EDITORIAL: Pakistan International Airlines (PIA), the national flag carrier, one of the three white elephants (the other two being Pakistan Steel and Pakistan Railways), has been increasingly reliant on injections from the taxpayers to meet its rising losses that are attributable to flawed policies.
Nawaz Sharif, an ardent proponent of competition, launched his open skies policy in the 1990s which proved disastrous for the financial health of PIA as the previous policy of reciprocal arrangement was abandoned and the foreign airlines that could offer only one or a maximum of two destinations per day to PIA were allowed 10 to 12 destinations in Pakistan which is a large country with a population of over 220 million.
Ghulam Sarwar, the Aviation Minister, claimed during the question-hour on the floor of the House that the open skies policy cost the airlines 107 billion rupees in 2020 though this claim did not deter him from raising salaries of PIA staff by 25 percent.
Sarwar continues to defend his inexplicably flawed decision to state the government’s intent on the floor of the House that an inquiry will be initiated as out of 860 active pilots for different airlines, 262 did not take the examination themselves and asked someone else to sit on their behalf instead of first holding an inquiry, firing those who had fake licences, and then publicly releasing the information.
As a consequence, he did incalculable damage to PIA’s image and financial fortunes as his accusation not only led to Pakistani pilots employed by other airlines being dismissed but also the suspension of PIA flights to nearly all Western destinations.
Sarwar informed the relevant parliamentary committee in October last year that the cabinet cancelled 50 pilots’ licences except seven which were in court and 32 were suspended for a period ranging from six to 12 months (barring 11 cases in court).
Be that as it may, there is yet another proposal that is in the works which would sound the death knell for the national carrier prompting PIA’s Chief Executive Officer Arshad Malik to write to the Prime Minister and draw his attention to reports that Pakistan has extended domestic rights to a foreign carrier.
The ostensible reason given is that this would attract foreign direct investment (FDI) urgently required by the country as actual annual inflows into Pakistan have been abysmally low, never reaching even 2 billion dollars, and with the 100 percent repatriation allowed outflows have usually outpaced inflows.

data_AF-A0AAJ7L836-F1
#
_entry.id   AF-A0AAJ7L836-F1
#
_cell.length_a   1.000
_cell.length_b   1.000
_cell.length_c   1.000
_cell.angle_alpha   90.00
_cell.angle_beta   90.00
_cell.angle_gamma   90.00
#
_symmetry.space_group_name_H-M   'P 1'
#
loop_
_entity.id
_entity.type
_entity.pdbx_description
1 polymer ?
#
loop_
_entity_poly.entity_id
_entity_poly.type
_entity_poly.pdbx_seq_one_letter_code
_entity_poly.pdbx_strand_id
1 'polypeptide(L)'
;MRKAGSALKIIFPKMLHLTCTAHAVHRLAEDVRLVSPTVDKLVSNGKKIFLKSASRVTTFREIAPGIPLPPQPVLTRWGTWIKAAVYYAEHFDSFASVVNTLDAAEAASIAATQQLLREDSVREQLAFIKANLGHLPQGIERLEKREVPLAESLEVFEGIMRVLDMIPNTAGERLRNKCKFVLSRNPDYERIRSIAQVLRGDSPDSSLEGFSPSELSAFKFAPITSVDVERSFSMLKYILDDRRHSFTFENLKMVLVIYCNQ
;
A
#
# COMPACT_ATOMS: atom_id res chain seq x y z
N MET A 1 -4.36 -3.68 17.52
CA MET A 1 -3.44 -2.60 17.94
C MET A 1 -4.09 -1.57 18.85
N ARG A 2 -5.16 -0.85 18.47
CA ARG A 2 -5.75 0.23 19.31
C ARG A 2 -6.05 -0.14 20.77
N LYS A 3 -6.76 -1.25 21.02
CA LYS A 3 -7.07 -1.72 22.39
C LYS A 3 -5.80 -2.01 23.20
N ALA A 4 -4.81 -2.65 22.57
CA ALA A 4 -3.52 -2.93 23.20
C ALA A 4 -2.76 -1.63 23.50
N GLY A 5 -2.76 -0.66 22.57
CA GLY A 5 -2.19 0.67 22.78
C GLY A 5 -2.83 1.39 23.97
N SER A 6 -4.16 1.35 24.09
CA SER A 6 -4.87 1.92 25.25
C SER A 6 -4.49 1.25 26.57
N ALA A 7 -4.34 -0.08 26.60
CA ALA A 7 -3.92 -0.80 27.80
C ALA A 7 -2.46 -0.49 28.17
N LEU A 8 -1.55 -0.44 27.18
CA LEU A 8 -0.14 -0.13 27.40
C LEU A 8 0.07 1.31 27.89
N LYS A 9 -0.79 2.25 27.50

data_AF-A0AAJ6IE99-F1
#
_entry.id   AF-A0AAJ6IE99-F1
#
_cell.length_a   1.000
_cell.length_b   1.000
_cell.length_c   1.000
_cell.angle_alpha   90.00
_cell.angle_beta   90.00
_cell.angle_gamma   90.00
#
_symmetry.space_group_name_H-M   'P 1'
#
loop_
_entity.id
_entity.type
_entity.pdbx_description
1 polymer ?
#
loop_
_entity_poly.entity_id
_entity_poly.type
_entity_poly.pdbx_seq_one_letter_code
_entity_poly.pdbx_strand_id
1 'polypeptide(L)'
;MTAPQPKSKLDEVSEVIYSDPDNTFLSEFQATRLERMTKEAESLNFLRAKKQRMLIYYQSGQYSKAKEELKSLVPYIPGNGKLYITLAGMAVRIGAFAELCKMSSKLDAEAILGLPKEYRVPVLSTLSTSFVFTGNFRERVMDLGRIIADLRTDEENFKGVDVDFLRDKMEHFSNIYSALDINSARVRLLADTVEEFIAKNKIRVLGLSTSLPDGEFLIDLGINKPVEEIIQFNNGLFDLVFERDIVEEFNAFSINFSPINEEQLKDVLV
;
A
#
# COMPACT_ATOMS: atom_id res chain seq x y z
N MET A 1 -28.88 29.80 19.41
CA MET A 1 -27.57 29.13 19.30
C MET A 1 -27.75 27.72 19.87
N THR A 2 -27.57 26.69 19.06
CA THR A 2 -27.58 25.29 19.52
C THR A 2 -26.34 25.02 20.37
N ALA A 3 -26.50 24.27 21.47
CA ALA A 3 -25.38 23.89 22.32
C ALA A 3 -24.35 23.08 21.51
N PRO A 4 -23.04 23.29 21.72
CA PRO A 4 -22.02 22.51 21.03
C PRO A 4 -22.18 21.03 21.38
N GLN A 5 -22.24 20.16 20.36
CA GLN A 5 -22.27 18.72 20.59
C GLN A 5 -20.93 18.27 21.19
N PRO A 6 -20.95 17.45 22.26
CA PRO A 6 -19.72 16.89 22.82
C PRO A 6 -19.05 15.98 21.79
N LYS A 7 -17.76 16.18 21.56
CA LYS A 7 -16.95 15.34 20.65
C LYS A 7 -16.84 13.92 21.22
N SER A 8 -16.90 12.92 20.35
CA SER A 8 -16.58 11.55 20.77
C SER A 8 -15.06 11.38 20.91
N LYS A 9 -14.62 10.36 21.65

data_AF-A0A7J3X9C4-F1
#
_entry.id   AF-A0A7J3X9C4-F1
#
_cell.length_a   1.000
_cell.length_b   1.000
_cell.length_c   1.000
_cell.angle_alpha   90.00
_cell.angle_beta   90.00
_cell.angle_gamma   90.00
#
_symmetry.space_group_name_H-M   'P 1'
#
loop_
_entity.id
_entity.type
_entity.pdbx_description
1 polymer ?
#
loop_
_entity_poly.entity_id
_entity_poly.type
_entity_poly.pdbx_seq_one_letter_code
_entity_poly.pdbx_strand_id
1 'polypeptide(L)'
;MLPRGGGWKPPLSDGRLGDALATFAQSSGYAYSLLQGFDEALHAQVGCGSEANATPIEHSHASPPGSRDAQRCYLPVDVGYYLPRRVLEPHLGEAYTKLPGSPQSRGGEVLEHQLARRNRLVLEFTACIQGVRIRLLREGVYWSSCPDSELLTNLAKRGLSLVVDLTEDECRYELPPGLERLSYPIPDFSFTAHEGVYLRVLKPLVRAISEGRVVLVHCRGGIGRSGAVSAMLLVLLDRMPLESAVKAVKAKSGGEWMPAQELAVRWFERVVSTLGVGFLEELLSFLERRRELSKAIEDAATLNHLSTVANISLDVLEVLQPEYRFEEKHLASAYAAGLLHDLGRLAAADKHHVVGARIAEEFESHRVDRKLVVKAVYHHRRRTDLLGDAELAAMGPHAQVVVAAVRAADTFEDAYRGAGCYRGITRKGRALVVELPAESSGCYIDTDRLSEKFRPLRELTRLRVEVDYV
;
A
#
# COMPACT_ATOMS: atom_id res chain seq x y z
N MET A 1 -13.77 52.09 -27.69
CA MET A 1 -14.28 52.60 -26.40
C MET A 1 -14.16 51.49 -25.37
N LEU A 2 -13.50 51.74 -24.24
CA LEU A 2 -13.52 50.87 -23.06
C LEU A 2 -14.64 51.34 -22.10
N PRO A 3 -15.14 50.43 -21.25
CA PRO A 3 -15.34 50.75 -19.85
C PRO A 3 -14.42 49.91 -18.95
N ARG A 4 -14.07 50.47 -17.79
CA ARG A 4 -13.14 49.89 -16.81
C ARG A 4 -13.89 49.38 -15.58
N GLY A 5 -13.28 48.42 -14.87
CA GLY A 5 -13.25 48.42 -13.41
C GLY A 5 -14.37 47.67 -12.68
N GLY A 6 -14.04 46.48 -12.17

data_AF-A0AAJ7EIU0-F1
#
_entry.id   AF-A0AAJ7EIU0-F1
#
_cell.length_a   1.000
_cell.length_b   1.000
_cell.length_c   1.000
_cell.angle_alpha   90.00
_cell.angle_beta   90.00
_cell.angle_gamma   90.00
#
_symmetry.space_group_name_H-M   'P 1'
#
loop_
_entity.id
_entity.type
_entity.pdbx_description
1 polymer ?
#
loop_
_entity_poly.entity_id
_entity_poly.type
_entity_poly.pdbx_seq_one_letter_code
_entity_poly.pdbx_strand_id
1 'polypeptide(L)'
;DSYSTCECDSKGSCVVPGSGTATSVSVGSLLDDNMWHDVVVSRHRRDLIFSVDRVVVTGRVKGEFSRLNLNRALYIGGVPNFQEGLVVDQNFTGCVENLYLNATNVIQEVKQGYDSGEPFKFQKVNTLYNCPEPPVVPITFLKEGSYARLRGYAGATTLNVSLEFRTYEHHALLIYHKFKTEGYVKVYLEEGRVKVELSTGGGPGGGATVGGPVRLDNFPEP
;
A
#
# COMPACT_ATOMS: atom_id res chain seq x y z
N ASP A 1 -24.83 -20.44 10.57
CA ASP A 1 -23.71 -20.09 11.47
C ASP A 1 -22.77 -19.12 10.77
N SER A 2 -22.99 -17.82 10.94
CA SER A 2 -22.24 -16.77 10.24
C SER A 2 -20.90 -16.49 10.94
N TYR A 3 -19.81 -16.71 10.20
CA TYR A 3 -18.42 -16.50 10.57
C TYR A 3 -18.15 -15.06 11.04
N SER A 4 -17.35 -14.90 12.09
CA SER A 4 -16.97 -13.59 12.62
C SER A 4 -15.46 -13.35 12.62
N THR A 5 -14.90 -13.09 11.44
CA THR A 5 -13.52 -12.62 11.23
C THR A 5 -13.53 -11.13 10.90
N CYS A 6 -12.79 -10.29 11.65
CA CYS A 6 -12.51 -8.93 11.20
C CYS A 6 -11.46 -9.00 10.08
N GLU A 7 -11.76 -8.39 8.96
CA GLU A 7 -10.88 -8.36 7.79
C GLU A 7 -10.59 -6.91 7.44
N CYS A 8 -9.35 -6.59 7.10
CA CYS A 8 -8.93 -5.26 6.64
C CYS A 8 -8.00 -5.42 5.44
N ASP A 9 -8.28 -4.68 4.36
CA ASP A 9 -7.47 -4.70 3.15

This argument notably that an incentive to a foreign company would generate FDI has been used again and again by influential pressure groups to the detriment of local industry with no appreciable rise in net inflows.
Examples of other countries, both in the region and in the West, show that national airlines have been supported in the past. And while privatisation is generally regarded as a policy decision that would support higher productivity and minimise the need to provide budgetary support for the white elephants yet the investment climate has to be right to ensure that the family silver is not being sold at throwaway prices; and nor is competition allowed when the national carrier does not have any capacity to bear its burden.
India for example sold Air India to the Tata group recently after failing to sell a majority stake in 2018 at Rs 18,000 crores with 15 percent to be deposited in the exchequer and the rest to clear the Airline’s debt. Air France and KLM merged to strengthen the financial fortunes of the two airlines.
Insofar as our penchant for foreign direct investment (FDI) is concerned, we need to revisit our policy and restrict such investment in areas of highly capital intensive projects and those that would result in transfer of advance technology and know-how that does not exist and is needed by us.
Copyright Business Recorder, 2022